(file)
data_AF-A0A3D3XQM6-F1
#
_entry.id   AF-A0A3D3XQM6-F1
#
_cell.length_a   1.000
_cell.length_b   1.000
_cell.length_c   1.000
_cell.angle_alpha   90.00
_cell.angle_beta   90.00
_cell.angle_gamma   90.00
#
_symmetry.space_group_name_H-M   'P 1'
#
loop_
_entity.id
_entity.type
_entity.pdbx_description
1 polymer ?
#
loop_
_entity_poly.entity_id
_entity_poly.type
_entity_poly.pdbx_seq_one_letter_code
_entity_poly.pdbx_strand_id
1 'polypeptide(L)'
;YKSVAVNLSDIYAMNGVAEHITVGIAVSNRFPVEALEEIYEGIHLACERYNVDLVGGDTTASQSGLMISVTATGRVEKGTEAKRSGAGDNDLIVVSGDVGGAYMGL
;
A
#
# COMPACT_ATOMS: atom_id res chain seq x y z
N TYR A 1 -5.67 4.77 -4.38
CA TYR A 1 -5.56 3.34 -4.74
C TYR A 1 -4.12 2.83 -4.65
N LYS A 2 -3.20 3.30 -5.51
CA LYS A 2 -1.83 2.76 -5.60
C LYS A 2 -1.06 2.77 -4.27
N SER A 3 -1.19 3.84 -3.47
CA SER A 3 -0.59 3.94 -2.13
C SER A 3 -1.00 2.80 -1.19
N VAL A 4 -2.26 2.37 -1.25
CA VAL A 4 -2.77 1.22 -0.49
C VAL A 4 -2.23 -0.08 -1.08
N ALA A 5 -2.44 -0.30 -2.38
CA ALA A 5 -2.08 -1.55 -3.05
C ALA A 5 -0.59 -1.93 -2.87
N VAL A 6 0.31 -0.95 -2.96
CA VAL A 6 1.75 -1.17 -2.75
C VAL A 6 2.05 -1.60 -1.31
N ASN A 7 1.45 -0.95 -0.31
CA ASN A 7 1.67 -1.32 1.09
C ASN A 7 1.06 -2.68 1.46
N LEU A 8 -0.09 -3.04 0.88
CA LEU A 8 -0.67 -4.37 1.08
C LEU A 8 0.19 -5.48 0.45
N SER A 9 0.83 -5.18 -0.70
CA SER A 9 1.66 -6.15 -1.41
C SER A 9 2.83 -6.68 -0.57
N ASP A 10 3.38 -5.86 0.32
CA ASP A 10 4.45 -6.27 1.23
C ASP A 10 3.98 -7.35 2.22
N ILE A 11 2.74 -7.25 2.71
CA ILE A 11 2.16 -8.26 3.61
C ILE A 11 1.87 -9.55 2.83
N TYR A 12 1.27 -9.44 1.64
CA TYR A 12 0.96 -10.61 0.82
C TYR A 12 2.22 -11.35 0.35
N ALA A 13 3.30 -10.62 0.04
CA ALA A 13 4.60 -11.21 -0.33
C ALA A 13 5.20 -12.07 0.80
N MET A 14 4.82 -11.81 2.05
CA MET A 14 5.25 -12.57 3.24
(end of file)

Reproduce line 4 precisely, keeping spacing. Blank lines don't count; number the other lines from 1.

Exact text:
#